This week we happened to be walking through John 11 in our evening family times: the story of Lazarus, taken in tiny bites. There’s Christ, who stayed away and let Lazarus die because he loved them. And there’s Christ, who knows he’s about to raise the dead man, weeping for the sorrow he’s about to undo. And there’s Christ, bidding that dead man to come out. And the dead man came out.

This week I happened to be reading Revelation in my mornings, and there’s Christ again, promising to wipe away every tear. Promising that death shall be no more. And there’s a hope, better than Lazarus’ earthly resurrection: the One who declared himself to be the Resurrection and the Life will dwell with us as our God, will make all these sorrows pass away, will make all things new.

He walks with us through shades of death. He walked through them before us and for us. We wouldn’t breathe without his breath, and his breath tells us to “Fear not.” Not because there aren’t things to fear, but because he’s already told us the ending of this story, and it’s a happy ending:

Jesus said to her, “I am the resurrection and the life. Whoever believes in me, though he die, yet shall he live, and everyone who lives and believes in me shall never die. Do you believe this?”  –John 11:25, 26 

(She said to him, “Yes, Lord . . . .”)


I’m linking up with the Five Minute Friday crew today, even though I spent longer than trying to pull these threads of thought together. The button above will take you to the FMF site, where you can find others’ musings on this week’s prompt, support.

©2017 by Stacy Crouch


Version 2

You walk, son. Confident in shoes now, you know no fear, despite frequent tumbles, and boldly climb our four brick steps adult-fashion, holding the rail and hoisting yourself up steps nearly hip-high for you.

But going down, you pause at the top: not to turn around and scoot down in the approved backwards-fashion, but to reach for my hand, which, without looking, you know will be there. Because I chase when I see you head that way. Because I won’t let you take that too-large step down and tumble head-long on the bricks.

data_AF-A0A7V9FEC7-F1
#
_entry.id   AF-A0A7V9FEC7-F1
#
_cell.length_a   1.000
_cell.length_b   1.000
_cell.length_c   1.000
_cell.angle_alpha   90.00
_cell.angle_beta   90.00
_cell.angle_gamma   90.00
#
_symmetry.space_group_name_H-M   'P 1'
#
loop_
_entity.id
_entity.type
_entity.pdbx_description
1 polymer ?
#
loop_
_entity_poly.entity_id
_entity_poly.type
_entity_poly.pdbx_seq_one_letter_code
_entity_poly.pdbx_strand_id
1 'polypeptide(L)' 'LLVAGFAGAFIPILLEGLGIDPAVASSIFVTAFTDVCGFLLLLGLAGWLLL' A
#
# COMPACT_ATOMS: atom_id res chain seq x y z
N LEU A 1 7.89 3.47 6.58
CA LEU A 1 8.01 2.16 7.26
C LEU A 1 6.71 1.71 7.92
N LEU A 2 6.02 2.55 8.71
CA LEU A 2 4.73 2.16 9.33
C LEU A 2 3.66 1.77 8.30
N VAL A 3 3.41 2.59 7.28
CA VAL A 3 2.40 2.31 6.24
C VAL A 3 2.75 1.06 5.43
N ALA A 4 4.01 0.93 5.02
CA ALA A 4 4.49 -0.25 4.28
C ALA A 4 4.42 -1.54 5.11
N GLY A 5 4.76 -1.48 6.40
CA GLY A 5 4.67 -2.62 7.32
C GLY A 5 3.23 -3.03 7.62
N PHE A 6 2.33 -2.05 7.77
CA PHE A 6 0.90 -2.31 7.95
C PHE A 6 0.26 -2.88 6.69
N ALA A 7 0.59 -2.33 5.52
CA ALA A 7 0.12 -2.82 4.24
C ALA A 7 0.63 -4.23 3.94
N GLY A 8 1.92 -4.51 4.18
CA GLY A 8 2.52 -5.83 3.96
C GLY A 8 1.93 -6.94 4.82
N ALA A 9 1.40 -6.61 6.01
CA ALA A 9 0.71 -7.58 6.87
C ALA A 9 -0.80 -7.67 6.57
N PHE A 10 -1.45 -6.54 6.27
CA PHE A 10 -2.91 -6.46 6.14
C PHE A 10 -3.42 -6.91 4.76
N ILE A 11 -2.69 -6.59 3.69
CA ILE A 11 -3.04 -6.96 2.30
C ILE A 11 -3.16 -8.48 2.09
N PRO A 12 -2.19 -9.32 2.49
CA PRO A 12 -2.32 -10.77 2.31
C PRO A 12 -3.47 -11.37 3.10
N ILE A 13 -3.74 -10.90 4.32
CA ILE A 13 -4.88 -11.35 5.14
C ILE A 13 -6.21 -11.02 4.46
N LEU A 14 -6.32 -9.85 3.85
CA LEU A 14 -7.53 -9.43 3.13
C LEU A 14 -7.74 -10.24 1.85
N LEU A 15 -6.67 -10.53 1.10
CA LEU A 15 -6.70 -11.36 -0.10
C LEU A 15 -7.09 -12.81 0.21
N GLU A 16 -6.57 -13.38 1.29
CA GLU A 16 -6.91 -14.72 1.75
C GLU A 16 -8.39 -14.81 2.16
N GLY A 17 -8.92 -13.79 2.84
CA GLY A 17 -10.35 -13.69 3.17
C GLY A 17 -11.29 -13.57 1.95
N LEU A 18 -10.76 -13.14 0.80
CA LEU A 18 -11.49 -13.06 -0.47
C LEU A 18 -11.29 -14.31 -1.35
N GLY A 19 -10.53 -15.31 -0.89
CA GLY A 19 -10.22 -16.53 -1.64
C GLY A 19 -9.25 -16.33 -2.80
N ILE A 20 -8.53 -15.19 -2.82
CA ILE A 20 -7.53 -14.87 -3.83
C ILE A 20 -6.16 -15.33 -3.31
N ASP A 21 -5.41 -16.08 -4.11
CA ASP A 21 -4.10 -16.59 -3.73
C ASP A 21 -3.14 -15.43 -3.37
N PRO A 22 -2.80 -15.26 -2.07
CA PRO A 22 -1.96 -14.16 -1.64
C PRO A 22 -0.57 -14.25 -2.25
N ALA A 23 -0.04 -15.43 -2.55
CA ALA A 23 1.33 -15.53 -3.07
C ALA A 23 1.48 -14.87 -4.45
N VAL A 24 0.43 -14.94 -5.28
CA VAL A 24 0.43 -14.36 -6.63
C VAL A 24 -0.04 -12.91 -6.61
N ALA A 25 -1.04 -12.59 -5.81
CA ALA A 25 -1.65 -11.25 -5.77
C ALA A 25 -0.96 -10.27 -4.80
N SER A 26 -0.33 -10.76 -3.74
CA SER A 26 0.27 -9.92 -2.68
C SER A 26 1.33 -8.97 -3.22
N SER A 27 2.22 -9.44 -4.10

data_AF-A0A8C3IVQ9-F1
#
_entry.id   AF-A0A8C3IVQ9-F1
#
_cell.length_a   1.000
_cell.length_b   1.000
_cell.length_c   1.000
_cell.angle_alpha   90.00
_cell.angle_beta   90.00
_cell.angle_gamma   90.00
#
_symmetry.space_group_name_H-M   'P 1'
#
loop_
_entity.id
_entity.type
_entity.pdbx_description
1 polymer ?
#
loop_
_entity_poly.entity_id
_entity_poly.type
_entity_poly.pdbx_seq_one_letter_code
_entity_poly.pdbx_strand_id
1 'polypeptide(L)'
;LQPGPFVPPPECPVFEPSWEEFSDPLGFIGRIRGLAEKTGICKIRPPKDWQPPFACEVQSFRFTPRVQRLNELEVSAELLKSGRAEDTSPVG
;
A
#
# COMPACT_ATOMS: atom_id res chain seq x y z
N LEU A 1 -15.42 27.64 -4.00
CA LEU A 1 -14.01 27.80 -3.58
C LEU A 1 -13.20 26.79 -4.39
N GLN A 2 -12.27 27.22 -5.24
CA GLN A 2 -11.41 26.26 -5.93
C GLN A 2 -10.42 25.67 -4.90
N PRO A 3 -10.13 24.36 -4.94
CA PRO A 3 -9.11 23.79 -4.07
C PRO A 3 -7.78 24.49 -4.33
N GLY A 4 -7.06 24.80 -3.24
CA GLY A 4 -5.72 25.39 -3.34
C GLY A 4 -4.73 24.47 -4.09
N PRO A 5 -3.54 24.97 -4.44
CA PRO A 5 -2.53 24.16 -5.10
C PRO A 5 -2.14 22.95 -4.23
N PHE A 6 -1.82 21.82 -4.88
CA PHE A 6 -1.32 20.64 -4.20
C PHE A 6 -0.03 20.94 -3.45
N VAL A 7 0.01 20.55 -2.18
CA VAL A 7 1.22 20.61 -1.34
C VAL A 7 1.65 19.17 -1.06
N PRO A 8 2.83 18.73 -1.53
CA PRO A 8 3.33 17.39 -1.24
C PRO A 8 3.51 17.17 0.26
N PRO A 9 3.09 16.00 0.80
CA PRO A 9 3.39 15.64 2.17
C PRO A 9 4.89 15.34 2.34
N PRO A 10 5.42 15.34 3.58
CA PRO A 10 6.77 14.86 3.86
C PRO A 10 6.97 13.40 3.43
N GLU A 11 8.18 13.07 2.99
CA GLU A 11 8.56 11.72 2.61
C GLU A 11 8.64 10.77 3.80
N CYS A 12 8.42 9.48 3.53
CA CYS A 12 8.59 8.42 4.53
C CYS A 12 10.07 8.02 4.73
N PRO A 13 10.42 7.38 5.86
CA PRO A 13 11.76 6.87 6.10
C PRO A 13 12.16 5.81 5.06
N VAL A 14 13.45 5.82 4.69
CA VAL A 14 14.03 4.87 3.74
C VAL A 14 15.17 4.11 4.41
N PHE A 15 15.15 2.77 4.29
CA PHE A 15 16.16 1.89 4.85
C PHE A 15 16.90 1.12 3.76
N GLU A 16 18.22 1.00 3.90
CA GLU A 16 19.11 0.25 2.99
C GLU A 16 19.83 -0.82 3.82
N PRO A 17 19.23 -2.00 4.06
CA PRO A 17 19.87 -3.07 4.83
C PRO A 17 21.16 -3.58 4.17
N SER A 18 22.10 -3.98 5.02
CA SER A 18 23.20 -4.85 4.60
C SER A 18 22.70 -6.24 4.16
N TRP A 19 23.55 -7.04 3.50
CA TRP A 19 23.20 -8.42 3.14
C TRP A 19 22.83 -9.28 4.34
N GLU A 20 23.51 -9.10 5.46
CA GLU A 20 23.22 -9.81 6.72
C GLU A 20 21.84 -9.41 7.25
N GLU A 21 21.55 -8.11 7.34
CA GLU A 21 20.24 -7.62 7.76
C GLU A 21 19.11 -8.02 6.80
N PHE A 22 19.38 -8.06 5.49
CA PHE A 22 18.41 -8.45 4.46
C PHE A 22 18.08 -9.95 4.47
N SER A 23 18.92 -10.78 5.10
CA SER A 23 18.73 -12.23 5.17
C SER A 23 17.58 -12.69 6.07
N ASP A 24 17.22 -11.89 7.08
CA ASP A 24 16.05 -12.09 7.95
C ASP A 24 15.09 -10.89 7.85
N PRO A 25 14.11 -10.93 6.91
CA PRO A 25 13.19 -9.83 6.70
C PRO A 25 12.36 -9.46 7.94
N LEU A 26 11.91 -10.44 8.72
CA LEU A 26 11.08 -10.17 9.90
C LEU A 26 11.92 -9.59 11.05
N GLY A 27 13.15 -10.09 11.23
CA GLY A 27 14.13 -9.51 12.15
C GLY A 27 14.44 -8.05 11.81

One day, little boy, you’ll reach and I won’t be there — won’t be fast enough, watchful enough. One day, despite my best efforts, you’ll fall — maybe not down these steps, but somewhere painful.

But my Father? His hand will never fail me. Just as sure as you are of my hand — surer than that — I can be sure of my God. He establishes my steps. He upholds my hand. No matter how hard I lean, I can’t overbalance Him. No matter how suddenly I fall, I can’t catch Him by surprise. Nothing can snatch me out of His hand.

Oh son, may you place your tiny hand in His and walk thus confidently all your days!



upon the hazards of an early bedtime


Trigger warning: This is a story of things that go BUMP in the night. It is a factual account.

Once upon a wild Friday evening, when the clocks were nearing nine, the mother and the father looked at one another and agreed that they should go to bed soon. The baby had been sleeping for an hour at least, and, as you may gather, they kept dissipated hours in this household.

Out of doors it was a clear night, no clouds nor wind to speak of, nor any physical sign that in a few short days, the moon would be eclipsing the sun in broad daylight with an entire nation watching. No, it was an ordinary night, and they intended to sleep soon.